Farm Progress

A warm fall has delayed New Mexico's pecan harvest and producers are now concerned that an early winter could put the crop in jeopardy.

December 13, 2016

5 Min Read
A warm fall delayed New Mexico pecan harvest.Logan Hawkes

An exceptionally warm fall season delayed New Mexico's commercial pecan crop harvest this year, but operations are finally getting underway after the first hard freezes of the season arrived in the pecan-rich Mesilla Valley in south-central New Mexico.

Pecan producers around Las Cruces in Doña Ana County, the epicenter of the state's lucrative nut industry, say annual harvest generally starts around Thanksgiving, but because of an exceptionally warm October and November, harvest equipment and seasonal workers have been idle as producers awaited the arrival of hard freezes needed to soften the fibrous hulls of pecan nuts.

In 2014, New Mexico produced 65 million pounds of pecans, accounting for 20 percent of the national crop. Commercial pecans are grown all over New Mexico with the largest concentration in Doña Ana County. The state is one of the top three pecan producing states in the nation.

According to New Mexico State University Extension officials, the average daily temperature for October and November this year was just less than 63 degrees in southern reaches of the state, the warmest fall on record. New Mexico State Climatologist Dave DuBois reported last week the average low for the same period was just less than 48 degrees, also the warmest on record.

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"We've been waiting on the freezes," said Las Cruces pecan grower and buyer Phil Arnold. "Unfortunately, we are at the whim of Mother Nature."

The first freezes of the season were logged the middle of November, and another occurred later in the month, but freezing temperatures lasted only a few hours each time. A sustained freeze is needed before pecan trees and the nut-heavy limbs can benefit the most.

DuBois and many area growers say the arrival of cold weather is running about three weeks behind the annual average. In spite of generally good nut health reported by many this year, the delay in harvesting operations could be problematic if a hard winter arrives early.

Tony Chavez has been working on pecan crews in the Mesilla Valley for the last several years and says tree-shaking has usually taken place by the first week in December. While shakers are either busy this week or are preparing to begin operations, harvest delay could spell trouble if heavy snows start falling before harvest can be completed.

"If we can't get the harvest out before heavy snows accumulate, we could be working in less than optimal conditions, and if nuts are on the ground when that happens, we could see some losses," he said.

That means the race is on to beat more extreme winter weather, and Chavez says that can make growers nervous.


"It has been a pretty good growing season in spite of a few weather problems and some problems related to [pecan nut] casebearers and some instances of disease. But overall, if we can get the harvest out, it could be a good year for producers," he added.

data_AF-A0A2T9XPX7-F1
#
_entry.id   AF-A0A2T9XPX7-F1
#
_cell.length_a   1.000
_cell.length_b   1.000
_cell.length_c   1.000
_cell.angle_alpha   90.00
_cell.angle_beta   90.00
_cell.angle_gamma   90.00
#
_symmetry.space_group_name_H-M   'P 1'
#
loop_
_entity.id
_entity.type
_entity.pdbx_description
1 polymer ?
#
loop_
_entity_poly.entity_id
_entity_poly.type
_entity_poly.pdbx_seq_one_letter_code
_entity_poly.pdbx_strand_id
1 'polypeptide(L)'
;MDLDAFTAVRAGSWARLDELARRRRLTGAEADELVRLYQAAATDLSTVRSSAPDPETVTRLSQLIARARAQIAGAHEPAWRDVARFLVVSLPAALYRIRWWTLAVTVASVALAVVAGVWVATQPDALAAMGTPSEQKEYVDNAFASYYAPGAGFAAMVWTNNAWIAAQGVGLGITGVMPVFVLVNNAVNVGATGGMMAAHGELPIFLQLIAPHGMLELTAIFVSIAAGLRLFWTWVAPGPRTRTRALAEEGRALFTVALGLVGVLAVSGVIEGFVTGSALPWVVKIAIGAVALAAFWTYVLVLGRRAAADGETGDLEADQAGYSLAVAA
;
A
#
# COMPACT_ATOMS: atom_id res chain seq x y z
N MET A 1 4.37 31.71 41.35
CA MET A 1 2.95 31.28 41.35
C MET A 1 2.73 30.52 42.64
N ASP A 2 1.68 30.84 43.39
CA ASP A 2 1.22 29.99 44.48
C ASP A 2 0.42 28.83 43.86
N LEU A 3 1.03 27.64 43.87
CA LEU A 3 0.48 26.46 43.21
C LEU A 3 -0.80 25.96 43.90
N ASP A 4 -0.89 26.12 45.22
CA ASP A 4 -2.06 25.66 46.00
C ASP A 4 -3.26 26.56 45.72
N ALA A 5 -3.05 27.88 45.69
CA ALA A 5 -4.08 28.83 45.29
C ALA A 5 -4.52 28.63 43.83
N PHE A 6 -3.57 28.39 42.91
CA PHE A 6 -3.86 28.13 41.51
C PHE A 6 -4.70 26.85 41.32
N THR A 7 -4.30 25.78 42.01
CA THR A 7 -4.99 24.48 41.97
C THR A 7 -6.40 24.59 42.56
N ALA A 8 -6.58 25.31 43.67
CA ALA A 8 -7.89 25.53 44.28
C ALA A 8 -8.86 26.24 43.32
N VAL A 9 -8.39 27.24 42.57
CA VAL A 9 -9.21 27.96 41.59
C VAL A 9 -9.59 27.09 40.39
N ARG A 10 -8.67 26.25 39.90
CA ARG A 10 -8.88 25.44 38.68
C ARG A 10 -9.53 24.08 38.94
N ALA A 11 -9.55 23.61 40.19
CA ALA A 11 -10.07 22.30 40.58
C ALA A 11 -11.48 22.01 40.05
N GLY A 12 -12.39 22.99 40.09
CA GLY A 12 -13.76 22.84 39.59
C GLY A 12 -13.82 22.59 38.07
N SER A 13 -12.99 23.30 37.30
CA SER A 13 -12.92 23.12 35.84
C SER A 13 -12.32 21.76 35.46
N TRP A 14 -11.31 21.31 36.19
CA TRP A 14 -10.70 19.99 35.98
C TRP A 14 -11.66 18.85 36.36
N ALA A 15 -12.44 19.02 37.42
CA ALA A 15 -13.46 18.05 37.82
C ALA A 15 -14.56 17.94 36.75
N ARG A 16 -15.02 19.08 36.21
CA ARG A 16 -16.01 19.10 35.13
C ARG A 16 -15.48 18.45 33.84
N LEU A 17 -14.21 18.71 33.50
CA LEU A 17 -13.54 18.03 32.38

Peanut acreage in New Mexico can be found in Lea and Roosevelt Counties as well, but about 75 percent of the crop is harvested in and around Las Cruces.

 Bill Halsell of Halsell Farms in Rincon, New Mexico, farms about 550 acres of pecan with an additional 200 acres of young trees. He said in spite of dry periods in the summer months, increased irrigation allotments this year have helped bring his trees to a promising fall season. While the jury is still out in terms of the size of his expected pecan harvest, he is hoping for a better year than last when weather limited production.

Overall, New Mexico traditionally trails Georgia and often Texas in pecan production. But problems in both Georgia and Texas in recent years helped New Mexico become more competitive, bolstering production numbers over the last three years, which in turn pushed New Mexico to the top of pecan-production.

While Georgia is expected to regain the No.1 slot this year, problems in Texas may help New Mexico hang on to the No. 2 position, depending on a successful harvest.

DuBois blames the warmer weather this season on the lingering effects of a La Niña system, but he says categorically, climate change is the real culprit.

"Climate change is an underlying driver for providing a positive temperature trend over time and increases the probability of these kinds of extreme weather events," he explained.

But while pecan producers are anxious to see cooler temperatures earlier in the season, Hatch chile growers in the Mesilla Valley say warmer temperatures in the fall have actually helped them by allowing for a longer harvest season this year.


Chile grower Jerry Franzoy said the warm weather helped to extend chile harvest and says warmer weather was also been good for the state's onion crop. Onions, which are planted in the fall to over-winter for next year, will benefit from the extended growing season thanks to warmer temperatures, “so late freezes have been good” to his chile and onion operations.

And he wasn't the only one to benefit from the late freezes. New Mexico's alfalfa crops are considered some of best in the nation, and warmer weather has allowed many hay growers to get an extra cutting this year.

But as snow continued to fall in the New Mexico mountains last weekend, and as temperatures continued to fall across southern New Mexico, pecan growers remain hopeful they will be able to salvage the season in spite of the warm weather so far this fall season. And they hope annual snowpacks will improve the chance of a more robust irrigation season next year.

"Time will tell," says NMSU Extension officials.

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